In the days leading to her final breath, she put on a fierce face to her family. She smiled for pictures, held hands with friends, fought to keep her eyes open. She was alert when we informed her that one of her best friends died. You and your relatives cried when witnessing her body change in the hospital bed, but she kept telling you not to. She denied that you’d miss her. When getting the one-on-one time with her, she offered private and sage advice specifically for you. Among the nuggets she shared was to be “giving, giving, giving, giving, and never unkind.” You’ve tried to live by this Golden Rule, and will make an even stronger point to follow her example as you continue to live.
Classy and practical are two more words to describe Grandma. She wasn’t bothered with frivolous spending but sought great quality and had impeccable style. She didn’t chase trends and knew how to make an outfit. This was in her blood, as she came from a family of merchants and married into one! She ran the store, made decisions and was sharp when it came to business decisions.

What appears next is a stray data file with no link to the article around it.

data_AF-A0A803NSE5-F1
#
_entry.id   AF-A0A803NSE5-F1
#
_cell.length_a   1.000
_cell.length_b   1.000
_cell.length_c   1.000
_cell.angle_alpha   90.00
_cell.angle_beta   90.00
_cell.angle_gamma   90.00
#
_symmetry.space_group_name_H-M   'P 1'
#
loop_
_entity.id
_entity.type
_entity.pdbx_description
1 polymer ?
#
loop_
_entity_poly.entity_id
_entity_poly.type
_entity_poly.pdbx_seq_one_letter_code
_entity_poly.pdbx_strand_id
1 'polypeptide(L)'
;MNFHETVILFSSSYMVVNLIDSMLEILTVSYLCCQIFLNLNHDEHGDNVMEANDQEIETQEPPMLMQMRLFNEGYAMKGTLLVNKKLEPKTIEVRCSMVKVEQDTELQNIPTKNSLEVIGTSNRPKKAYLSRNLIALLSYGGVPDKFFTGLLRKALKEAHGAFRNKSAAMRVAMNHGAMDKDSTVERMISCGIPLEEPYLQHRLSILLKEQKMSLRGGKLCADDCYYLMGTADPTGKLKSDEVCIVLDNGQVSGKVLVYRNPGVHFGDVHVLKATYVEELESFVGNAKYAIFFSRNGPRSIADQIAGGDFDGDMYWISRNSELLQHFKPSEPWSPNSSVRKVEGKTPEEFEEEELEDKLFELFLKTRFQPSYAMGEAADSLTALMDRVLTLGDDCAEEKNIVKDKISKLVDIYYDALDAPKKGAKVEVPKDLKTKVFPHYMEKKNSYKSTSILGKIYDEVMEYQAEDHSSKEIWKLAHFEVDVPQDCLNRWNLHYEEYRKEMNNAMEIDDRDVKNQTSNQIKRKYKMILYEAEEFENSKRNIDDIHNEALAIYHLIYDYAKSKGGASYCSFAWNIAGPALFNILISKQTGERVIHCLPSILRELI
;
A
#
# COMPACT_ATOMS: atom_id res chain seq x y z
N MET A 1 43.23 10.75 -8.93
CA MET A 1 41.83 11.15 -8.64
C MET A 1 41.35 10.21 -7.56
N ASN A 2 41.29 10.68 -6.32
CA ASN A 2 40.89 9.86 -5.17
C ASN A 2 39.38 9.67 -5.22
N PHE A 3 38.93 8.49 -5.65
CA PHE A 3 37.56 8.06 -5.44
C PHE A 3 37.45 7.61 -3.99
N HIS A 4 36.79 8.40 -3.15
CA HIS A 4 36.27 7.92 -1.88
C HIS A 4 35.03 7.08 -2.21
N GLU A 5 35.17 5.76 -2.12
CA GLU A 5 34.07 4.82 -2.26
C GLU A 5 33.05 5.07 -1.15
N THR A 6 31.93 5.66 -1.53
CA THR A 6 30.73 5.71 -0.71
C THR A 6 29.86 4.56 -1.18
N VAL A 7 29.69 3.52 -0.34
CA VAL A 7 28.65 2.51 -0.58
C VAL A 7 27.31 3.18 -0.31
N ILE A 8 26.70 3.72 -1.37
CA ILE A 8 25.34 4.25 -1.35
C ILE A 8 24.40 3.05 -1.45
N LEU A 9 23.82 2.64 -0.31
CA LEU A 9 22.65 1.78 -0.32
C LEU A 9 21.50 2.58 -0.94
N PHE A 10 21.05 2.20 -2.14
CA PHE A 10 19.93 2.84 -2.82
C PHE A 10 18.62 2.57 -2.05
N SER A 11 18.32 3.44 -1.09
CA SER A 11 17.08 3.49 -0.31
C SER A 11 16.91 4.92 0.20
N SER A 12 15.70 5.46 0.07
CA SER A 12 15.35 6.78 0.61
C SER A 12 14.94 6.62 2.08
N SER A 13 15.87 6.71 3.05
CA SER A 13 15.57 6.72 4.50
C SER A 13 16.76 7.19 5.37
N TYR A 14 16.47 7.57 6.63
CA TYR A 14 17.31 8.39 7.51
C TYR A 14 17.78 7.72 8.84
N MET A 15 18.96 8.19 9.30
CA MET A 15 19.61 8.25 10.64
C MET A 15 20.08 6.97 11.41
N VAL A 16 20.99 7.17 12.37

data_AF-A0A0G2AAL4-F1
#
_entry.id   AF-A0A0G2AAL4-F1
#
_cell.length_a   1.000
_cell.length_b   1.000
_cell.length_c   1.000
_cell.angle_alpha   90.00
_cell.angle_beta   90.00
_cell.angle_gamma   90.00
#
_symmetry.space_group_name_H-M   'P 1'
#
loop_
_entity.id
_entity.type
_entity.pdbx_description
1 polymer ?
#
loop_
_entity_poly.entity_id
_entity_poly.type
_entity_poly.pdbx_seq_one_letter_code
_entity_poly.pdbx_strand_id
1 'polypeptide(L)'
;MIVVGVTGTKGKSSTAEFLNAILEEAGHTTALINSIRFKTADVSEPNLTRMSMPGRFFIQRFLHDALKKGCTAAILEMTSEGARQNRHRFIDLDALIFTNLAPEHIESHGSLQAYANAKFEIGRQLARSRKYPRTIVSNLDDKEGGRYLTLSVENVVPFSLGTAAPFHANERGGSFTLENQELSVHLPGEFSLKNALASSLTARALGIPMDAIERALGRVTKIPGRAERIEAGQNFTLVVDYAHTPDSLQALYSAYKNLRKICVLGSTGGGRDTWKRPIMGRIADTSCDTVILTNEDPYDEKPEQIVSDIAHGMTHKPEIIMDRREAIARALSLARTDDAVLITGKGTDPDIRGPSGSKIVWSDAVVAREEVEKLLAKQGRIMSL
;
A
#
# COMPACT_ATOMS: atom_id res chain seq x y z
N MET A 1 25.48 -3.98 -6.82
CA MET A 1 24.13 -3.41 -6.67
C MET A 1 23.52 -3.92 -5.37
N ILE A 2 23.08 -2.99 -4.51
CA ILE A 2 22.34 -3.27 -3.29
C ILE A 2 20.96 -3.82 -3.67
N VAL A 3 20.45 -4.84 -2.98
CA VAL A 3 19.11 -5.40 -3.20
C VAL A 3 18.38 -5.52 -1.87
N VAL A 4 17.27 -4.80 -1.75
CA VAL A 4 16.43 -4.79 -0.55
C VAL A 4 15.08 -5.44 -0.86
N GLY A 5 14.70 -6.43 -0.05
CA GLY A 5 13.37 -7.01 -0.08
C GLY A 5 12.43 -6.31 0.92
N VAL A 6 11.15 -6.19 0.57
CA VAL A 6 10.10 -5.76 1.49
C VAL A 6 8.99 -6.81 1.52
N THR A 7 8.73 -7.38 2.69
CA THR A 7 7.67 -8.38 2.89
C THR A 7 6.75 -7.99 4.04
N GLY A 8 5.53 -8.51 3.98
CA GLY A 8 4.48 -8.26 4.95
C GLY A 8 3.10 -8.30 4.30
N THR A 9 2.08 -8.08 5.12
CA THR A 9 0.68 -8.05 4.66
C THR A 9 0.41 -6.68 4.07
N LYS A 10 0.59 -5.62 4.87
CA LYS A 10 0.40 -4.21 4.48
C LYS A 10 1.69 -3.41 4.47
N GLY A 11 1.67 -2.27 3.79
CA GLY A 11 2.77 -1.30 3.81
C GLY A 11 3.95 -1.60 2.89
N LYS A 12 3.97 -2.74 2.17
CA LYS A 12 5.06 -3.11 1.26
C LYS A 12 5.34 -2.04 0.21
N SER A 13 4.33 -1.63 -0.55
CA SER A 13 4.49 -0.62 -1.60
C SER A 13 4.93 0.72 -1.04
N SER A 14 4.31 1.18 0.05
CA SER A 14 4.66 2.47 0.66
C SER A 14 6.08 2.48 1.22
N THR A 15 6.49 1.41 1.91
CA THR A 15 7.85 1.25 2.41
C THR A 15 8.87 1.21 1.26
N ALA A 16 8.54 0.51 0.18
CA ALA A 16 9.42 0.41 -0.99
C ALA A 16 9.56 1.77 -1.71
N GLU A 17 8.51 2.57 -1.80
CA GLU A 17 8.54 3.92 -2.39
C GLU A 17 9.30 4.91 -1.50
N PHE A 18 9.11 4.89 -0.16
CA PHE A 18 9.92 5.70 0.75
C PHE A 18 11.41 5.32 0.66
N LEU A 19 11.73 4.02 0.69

As you’ve been thinking about Grandma, you recall the laughter she brought, her marvelous sense of adventure and the aspect about her you’ll miss most: how she was a best friend to everyone she met. When you spent time with her, she made you feel like the only person in the world who mattered. She consistently and quickly took an interest in you, and if that meant you wanted to show her a new skill, inform her of a promotion or a let-down, she was in it with you. She said wonderful things to you, and only complained when she was lonely. She embodied how to love.